"What the FDA initiated was in some ways a natural experiment," Regier said. "This is the kind of rigorous scientific information the FDA should consider in evaluating its decisions."
Robert Temple, the FDA's director of medical policy, called the findings "reassuring" but said they do not settle the issue. The agency was continuing to study the drugs' safety in the hopes of clarifying their safety further, he said.
"There's no question that many psychiatrists are worried that the public fuss about suicidality will lead to the failure of some patients to use antidepressants when appropriate. We are very worried about that, too," Temple said.
After rapidly increasing in use for a decade, the number of prescriptions for antidepressants dropped 2 percent for the first 10 months of 2005, according to IMS Health, a pharmaceutical consulting company.
Antidepressants such as Prozac transformed the treatment of depression because they were considered highly effective and safe, allowing many more patients to use them. As a result, they quickly became among the most widely used prescription medications. The drugs, however, fell under a cloud when reports indicated they increased the risk for suicidal thinking, particularly among teenagers.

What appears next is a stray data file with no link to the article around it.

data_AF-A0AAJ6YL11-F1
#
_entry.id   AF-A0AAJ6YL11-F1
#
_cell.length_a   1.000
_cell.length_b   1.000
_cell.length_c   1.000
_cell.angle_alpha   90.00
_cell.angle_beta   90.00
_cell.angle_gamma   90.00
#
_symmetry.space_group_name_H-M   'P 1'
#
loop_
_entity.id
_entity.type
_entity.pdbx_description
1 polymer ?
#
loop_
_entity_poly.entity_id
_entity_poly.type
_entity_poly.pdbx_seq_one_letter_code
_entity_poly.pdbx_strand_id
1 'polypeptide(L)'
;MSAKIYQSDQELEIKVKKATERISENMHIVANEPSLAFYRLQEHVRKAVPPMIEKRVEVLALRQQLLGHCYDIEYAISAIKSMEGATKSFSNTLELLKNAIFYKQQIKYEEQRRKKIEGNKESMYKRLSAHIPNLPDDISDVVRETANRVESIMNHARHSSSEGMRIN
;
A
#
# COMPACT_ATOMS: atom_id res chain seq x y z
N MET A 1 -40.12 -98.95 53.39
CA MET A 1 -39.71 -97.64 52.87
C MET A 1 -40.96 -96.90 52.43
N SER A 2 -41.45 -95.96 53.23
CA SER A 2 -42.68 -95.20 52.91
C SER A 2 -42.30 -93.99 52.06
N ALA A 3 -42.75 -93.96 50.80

Those reports led some critics to press for stronger FDA action, and in 2004 the agency ordered companies to include a "black box" warning saying that antidepressants could increase suicidal thinking in young people. That warning was followed by a July 2005 public advisory that said adults beginning on antidepressants should be closely watched because of preliminary studies suggesting that they, too, could be at greater risk of suicidal thinking and behavior.
The new studies are the first large-scale efforts to independently evaluate the drugs without using data from drug companies' studies. Both were funded by the National Institute of Mental Health and conducted by independent scientists. They are being published in today's issue of the American Psychiatric Association's American Journal of Psychiatry.
In one study, Gregory E. Simon of the Group Health Cooperative, a large, private nonprofit health insurance company based in Seattle, analyzed data from 65,103 patients who took antidepressants between Jan. 1, 1992, and June 30, 2003, comparing the rate of suicide attempts and death from suicide attempts before and after treatment began -- the first such study to track patients over time. Previous studies had examined reports of suicidal thoughts among patients.